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Are blood groups linked to obesity and mental health? : a cross sectional study

Author: 
Dr. Megha Agrawal and Sumana, H. M.
Subject Area: 
Health Sciences
Abstract:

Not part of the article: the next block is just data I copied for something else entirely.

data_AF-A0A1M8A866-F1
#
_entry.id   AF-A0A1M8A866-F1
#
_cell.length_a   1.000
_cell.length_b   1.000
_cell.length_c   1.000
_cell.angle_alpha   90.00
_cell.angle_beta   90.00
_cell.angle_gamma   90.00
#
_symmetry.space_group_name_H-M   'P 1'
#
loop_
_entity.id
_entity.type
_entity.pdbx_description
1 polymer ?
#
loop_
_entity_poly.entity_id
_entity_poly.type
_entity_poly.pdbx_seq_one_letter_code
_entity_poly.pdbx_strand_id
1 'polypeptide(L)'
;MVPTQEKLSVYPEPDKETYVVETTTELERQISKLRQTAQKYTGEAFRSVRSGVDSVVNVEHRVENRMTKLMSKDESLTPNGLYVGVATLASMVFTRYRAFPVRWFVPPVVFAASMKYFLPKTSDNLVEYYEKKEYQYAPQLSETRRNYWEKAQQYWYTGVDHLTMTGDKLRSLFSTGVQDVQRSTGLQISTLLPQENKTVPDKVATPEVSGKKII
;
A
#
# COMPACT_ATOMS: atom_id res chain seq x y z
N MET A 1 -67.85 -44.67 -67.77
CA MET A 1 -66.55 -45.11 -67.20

Background: Mental health (stress, anxiety, depression etc.) and obesity have become global concerns in recent years leading to many health concerns like metabolic syndrome. Sedentary lifestyle, over-nutrition (high caloric/fatty diet), substance abuse etc. can contribute to the above as "modifiable factors". The purpose of the present study is to determine if "non modifiable factors" like blood group can be an attributing factor for causation of these disorders and whether any particular blood group is more predisposed to them. This study was taken up to explore the differences in psychological heath and physical health among various blood groups in a group of normal healthy young individuals and to assess if blood group can be considered as a predictor of obesity and poor psychological health. Objectives: To explore the differences in BMI, perceived stress and psychological morbidity among different blood groups in young healthy adolescents. Materials and Methods: Two hundred healthy adolescents were included in the study after applying exclusion criteria and taking informed consent. Cohen’s Perceived Stress Scale (PSS) and General Health Questionaire-12 were used to assess stress and psychological morbidity respectively. The height and weight of the subjects were measured and blood groups were assessed using agglutination reaction. Statistical Analysis: Data was entered in Microsoft excel (2011) and was analyzed using SPSS 16. The values have been represented as Mean± SD. The mean values have been compared among different blood groups using ANOVA and unpaired “t” test. Association has been found using Chi square test. p<0.05( two tailed) has been taken as statistically significant. Results: Out of 200 students (143 males, 57 females), 72 had O blood group (36%), followed by 68 having B (34%), 46 having A (23%) and 14 having AB blood group (7%). 189 were Rh positive (94.5%) whereas only 11 were Rh negative (5.5%). The results showed no significant differences between different blood groups with regards to BMI or psychological health (PSS and GHQ-12). However, PSS scores were significantly worse in females as compared to males (p<0.01).

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